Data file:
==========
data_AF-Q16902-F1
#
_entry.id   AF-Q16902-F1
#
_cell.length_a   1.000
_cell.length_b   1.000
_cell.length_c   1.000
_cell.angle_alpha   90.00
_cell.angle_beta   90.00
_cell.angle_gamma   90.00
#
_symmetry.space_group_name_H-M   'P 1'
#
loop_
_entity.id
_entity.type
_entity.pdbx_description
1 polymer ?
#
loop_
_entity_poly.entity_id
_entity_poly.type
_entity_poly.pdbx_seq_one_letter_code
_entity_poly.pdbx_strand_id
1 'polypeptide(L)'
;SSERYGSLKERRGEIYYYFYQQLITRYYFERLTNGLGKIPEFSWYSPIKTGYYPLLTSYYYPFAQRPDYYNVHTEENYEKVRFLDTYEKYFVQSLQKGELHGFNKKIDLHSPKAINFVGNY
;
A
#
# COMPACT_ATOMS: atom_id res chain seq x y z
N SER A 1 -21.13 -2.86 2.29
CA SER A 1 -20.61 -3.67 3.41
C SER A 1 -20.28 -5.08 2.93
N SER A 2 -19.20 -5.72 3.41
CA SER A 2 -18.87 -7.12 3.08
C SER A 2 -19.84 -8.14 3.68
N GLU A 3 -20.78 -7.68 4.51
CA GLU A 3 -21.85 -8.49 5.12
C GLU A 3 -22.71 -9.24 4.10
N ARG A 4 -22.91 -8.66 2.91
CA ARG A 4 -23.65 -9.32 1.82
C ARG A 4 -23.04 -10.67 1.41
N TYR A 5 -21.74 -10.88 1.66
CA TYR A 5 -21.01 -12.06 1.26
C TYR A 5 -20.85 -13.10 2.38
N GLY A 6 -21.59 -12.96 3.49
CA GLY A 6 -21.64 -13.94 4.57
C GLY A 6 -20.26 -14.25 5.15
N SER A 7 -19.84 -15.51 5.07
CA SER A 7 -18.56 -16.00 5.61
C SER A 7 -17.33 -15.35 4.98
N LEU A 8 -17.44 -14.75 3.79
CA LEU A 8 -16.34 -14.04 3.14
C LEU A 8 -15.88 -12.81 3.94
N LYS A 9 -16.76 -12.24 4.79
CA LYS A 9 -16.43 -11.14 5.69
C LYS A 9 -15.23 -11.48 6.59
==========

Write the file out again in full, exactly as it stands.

data_AF-Q16902-F1
#
_entry.id   AF-Q16902-F1
#
_cell.length_a   1.000
_cell.length_b   1.000
_cell.length_c   1.000
_cell.angle_alpha   90.00
_cell.angle_beta   90.00
_cell.angle_gamma   90.00
#
_symmetry.space_group_name_H-M   'P 1'
#
loop_
_entity.id
_entity.type
_entity.pdbx_description
1 polymer ?
#
loop_
_entity_poly.entity_id
_entity_poly.type
_entity_poly.pdbx_seq_one_letter_code
_entity_poly.pdbx_strand_id
1 'polypeptide(L)'
;SSERYGSLKERRGEIYYYFYQQLITRYYFERLTNGLGKIPEFSWYSPIKTGYYPLLTSYYYPFAQRPDYYNVHTEENYEKVRFLDTYEKYFVQSLQKGELHGFNKKIDLHSPKAINFVGNY
;
A
#
# COMPACT_ATOMS: atom_id res chain seq x y z
N SER A 1 -21.13 -2.86 2.29
CA SER A 1 -20.61 -3.67 3.41
C SER A 1 -20.28 -5.08 2.93
N SER A 2 -19.20 -5.72 3.41
CA SER A 2 -18.87 -7.12 3.08
C SER A 2 -19.84 -8.14 3.68
N GLU A 3 -20.78 -7.68 4.51
CA GLU A 3 -21.85 -8.49 5.12
C GLU A 3 -22.71 -9.24 4.10
N ARG A 4 -22.91 -8.66 2.91
CA ARG A 4 -23.65 -9.32 1.82
C ARG A 4 -23.04 -10.67 1.41
N TYR A 5 -21.74 -10.88 1.66
CA TYR A 5 -21.01 -12.06 1.26
C TYR A 5 -20.85 -13.10 2.38
N GLY A 6 -21.59 -12.96 3.49
CA GLY A 6 -21.64 -13.94 4.57
C GLY A 6 -20.26 -14.25 5.15
N SER A 7 -19.84 -15.51 5.07
CA SER A 7 -18.56 -16.00 5.61
C SER A 7 -17.33 -15.35 4.98
N LEU A 8 -17.44 -14.75 3.79
CA LEU A 8 -16.34 -14.04 3.14
C LEU A 8 -15.88 -12.81 3.94
N LYS A 9 -16.76 -12.24 4.79
CA LYS A 9 -16.43 -11.14 5.69
C LYS A 9 -15.23 -11.48 6.59